The most popular streaming service in the world continues to churn out content left and right, releasing original shows and movies on what seems to be a daily basis. Netflix has an original program for just about every need, which sounds like a great idea on the surface. However, the process of creating content has turned into a "throw things at the wall and see what sticks" sort of deal for the streamer, resulting in a lot of originals being cancelled before really getting a chance to thrive. Such is the case for the very first Netflix original of 2020, Spinning Out.
Starring Kaya Scodelario as Kat Baker, Spinning Out is a drama about the world of competitive figure skating, created by former competitive skater Samantha Stratton. The premise is certainly unique, as there aren't many figure skating shows out there on TV today, but the series only got one month on the service before the plug was pulled. According to a report from Deadline, Netflix has axed the series this week, following its debut on January 1st.
You may not have ever heard of Spinning Out, and that's starting to become the major problem with Netflix's original content. The streaming service gives the green light to all sorts of different shows that could potentially find an audience, but hardly any marketing resources are poured into them.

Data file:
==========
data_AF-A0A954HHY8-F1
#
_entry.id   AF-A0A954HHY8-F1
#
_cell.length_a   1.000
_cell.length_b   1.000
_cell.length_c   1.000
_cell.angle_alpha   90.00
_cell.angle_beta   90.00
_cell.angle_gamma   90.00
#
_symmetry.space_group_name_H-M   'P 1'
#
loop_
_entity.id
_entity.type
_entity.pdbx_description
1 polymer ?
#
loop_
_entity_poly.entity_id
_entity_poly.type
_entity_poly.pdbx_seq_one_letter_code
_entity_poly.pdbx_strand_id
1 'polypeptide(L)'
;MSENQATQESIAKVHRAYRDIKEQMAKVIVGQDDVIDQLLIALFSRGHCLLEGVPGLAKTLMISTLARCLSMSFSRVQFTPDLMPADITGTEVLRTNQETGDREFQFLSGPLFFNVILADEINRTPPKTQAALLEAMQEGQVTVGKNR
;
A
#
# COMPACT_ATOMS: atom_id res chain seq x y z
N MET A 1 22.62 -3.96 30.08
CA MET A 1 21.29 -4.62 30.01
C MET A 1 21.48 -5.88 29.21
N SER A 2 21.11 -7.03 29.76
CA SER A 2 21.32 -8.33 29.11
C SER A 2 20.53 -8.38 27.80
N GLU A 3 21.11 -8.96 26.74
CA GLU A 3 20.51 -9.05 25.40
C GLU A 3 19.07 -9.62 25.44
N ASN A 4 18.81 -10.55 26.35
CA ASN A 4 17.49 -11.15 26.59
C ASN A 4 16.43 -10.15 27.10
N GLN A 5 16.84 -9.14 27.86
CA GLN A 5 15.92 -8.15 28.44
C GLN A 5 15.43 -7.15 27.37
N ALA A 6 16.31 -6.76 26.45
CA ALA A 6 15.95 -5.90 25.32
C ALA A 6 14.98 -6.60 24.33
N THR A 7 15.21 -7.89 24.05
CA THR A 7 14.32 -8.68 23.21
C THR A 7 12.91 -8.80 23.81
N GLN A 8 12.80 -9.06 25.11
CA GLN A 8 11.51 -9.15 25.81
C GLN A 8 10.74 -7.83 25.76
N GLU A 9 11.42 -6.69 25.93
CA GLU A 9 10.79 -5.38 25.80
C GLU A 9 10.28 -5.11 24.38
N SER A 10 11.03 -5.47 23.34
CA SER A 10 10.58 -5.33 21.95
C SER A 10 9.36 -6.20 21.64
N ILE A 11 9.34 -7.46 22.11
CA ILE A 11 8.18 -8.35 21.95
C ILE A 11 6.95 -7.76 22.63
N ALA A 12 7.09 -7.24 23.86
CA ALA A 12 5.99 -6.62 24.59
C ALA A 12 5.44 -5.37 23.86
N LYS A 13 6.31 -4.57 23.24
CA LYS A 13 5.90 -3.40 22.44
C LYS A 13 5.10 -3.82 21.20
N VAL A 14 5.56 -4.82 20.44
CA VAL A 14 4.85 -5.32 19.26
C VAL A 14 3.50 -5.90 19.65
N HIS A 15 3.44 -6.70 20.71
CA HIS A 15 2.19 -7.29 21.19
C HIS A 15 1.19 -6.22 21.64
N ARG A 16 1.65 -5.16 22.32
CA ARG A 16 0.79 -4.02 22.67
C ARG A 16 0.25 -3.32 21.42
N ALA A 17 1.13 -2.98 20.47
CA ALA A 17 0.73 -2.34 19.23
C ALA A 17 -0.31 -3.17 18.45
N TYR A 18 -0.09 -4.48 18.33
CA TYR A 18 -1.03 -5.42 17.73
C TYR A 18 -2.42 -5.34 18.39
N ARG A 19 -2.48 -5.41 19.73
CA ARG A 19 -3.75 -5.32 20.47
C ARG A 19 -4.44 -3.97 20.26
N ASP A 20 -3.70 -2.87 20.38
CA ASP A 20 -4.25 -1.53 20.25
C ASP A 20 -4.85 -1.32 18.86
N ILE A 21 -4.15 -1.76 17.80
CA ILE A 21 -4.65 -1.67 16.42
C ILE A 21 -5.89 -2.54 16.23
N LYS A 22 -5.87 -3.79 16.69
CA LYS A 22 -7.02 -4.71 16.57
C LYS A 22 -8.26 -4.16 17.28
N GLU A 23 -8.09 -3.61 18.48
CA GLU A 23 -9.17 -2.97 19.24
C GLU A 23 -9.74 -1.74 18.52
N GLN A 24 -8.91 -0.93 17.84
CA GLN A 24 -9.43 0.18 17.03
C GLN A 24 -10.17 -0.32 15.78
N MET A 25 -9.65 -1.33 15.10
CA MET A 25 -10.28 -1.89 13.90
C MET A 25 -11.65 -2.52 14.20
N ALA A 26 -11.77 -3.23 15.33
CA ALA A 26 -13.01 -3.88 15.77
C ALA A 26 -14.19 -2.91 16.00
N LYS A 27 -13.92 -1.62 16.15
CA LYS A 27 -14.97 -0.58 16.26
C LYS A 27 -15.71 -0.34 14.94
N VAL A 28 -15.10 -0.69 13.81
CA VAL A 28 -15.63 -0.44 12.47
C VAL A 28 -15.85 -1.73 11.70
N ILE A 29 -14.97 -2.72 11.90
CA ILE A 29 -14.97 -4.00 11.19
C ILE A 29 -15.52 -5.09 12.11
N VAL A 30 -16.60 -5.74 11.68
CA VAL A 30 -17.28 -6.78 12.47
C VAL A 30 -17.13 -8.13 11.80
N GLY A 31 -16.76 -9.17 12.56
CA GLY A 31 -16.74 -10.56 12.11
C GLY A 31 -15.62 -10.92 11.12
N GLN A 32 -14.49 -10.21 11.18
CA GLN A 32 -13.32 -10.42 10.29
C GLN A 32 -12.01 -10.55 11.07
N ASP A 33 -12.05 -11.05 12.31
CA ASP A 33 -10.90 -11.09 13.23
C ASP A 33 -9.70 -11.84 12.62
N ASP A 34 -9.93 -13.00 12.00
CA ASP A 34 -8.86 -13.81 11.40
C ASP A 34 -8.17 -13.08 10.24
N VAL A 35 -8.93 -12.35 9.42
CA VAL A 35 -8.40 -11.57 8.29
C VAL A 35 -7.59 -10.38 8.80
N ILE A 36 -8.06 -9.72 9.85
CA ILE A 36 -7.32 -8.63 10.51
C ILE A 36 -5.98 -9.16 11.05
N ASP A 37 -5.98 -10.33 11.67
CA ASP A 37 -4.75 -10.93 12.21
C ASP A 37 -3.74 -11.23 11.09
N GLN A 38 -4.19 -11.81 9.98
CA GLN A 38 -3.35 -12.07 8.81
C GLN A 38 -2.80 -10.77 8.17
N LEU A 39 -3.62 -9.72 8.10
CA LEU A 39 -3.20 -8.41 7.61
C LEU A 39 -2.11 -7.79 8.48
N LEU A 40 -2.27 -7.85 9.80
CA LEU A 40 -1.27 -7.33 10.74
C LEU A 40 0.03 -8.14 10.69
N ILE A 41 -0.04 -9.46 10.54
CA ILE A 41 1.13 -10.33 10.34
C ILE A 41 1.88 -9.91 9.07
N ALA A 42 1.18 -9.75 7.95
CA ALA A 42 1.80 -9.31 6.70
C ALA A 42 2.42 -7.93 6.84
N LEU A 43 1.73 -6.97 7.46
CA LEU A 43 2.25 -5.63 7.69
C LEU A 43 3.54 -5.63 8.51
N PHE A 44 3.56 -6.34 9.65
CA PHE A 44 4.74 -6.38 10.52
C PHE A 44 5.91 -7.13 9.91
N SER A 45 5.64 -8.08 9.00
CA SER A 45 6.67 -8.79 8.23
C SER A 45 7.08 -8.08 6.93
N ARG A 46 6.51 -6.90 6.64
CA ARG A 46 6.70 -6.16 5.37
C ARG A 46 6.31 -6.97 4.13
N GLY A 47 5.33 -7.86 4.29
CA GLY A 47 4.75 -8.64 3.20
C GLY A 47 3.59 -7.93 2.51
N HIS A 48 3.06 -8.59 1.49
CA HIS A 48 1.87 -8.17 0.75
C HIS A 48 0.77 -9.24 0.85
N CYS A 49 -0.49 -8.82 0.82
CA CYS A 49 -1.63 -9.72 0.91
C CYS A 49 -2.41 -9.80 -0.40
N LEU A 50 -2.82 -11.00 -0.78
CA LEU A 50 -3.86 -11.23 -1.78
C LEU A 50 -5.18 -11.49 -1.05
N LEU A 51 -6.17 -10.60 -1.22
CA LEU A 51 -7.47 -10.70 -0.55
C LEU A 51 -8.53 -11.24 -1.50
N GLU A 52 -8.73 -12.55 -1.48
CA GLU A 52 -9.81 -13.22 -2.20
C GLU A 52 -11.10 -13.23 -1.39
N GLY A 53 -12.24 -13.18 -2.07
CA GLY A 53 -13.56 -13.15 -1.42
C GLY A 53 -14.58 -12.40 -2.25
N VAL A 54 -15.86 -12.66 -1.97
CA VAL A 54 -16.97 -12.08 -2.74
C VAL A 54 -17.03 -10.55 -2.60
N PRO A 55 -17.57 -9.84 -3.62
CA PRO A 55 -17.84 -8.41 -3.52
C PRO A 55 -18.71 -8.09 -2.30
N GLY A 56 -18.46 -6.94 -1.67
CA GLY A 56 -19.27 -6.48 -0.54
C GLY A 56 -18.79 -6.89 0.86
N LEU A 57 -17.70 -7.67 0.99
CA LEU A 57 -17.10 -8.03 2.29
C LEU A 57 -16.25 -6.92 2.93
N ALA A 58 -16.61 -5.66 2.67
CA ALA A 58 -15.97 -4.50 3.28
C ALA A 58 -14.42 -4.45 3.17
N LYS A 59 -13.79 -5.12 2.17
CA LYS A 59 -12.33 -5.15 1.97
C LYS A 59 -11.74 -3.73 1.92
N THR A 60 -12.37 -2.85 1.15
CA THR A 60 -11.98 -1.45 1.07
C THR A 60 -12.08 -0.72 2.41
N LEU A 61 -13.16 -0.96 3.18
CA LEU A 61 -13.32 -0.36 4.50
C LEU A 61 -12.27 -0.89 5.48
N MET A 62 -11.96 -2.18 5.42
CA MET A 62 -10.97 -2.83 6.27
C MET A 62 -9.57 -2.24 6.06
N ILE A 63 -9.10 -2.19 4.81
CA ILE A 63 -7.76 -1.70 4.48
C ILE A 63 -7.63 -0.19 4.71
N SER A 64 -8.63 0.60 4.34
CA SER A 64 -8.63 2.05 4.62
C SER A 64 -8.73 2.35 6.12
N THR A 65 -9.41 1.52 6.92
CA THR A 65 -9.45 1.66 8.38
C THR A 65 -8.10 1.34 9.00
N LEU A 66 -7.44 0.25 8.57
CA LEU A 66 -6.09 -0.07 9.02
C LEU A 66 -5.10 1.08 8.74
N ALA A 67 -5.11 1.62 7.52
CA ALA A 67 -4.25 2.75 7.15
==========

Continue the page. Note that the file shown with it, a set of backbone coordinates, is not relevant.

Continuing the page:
Think about the debut of The Witcher last year. Yes, that show cost Netflix a ton of money so the streamer had to make sure people knew about it, but there was still a massive marketing effort behind the arrival of the series. Then look at a show like Spinning Out. Or Soundtrack. Or Tuca & Bertie (still one of Netflix's best-ever original shows). Each of these projects was cancelled after one season and most users had no idea they even existed.
Is Spinning Out a hidden masterpiece that people just missed out on because of the poor marketing? Probably not, or there would have at least been a small corner of the Internet begging the rest of the world to watch it. Is a month enough time to make a decision on a series that would usually take two or three months to play out on a network? Maybe, maybe not.
The point is, most people won't get a chance to know if they like a show or not because Netflix moves so quickly with its decision-making, and hardly lets people know what's actually coming to the service. By the time people actually hear about show's like Spinning Out, they're already cancelled, and no one wants to watch something that they know doesn't have a future.
Are you disappointed to hear that Netflix cancelled Spinning Out? Let us know in the comments!
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